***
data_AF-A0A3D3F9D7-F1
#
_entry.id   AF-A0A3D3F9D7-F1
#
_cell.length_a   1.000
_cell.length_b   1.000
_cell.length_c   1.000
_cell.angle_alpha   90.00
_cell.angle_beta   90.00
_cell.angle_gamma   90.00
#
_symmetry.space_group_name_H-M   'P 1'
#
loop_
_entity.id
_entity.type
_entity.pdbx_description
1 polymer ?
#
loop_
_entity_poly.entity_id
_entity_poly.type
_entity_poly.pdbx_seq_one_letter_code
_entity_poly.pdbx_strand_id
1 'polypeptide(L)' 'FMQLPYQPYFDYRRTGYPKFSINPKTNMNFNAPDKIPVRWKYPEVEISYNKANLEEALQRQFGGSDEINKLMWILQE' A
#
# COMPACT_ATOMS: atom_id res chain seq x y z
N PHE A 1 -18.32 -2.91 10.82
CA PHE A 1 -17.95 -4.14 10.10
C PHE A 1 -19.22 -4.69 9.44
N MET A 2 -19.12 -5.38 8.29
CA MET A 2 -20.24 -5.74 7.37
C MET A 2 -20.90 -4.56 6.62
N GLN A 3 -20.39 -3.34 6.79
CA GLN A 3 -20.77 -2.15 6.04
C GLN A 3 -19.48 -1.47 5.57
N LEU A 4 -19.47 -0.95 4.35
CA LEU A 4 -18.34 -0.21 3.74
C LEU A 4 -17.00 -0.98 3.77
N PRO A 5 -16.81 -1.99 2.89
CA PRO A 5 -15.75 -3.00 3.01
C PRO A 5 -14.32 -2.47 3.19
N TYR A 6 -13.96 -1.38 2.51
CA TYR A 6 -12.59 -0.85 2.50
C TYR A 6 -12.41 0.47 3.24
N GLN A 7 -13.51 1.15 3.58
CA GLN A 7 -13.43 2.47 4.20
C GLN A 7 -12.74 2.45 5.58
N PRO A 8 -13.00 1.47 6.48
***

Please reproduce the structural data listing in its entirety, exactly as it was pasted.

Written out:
data_AF-A0A3D3F9D7-F1
#
_entry.id   AF-A0A3D3F9D7-F1
#
_cell.length_a   1.000
_cell.length_b   1.000
_cell.length_c   1.000
_cell.angle_alpha   90.00
_cell.angle_beta   90.00
_cell.angle_gamma   90.00
#
_symmetry.space_group_name_H-M   'P 1'
#
loop_
_entity.id
_entity.type
_entity.pdbx_description
1 polymer ?
#
loop_
_entity_poly.entity_id
_entity_poly.type
_entity_poly.pdbx_seq_one_letter_code
_entity_poly.pdbx_strand_id
1 'polypeptide(L)' 'FMQLPYQPYFDYRRTGYPKFSINPKTNMNFNAPDKIPVRWKYPEVEISYNKANLEEALQRQFGGSDEINKLMWILQE' A
#
# COMPACT_ATOMS: atom_id res chain seq x y z
N PHE A 1 -18.32 -2.91 10.82
CA PHE A 1 -17.95 -4.14 10.10
C PHE A 1 -19.22 -4.69 9.44
N MET A 2 -19.12 -5.38 8.29
CA MET A 2 -20.24 -5.74 7.37
C MET A 2 -20.90 -4.56 6.62
N GLN A 3 -20.39 -3.34 6.79
CA GLN A 3 -20.77 -2.15 6.04
C GLN A 3 -19.48 -1.47 5.57
N LEU A 4 -19.47 -0.95 4.35
CA LEU A 4 -18.34 -0.21 3.74
C LEU A 4 -17.00 -0.98 3.77
N PRO A 5 -16.81 -1.99 2.89
CA PRO A 5 -15.75 -3.00 3.01
C PRO A 5 -14.32 -2.47 3.19
N TYR A 6 -13.96 -1.38 2.51
CA TYR A 6 -12.59 -0.85 2.50
C TYR A 6 -12.41 0.47 3.24
N GLN A 7 -13.51 1.15 3.58
CA GLN A 7 -13.43 2.47 4.20
C GLN A 7 -12.74 2.45 5.58
N PRO A 8 -13.00 1.47 6.48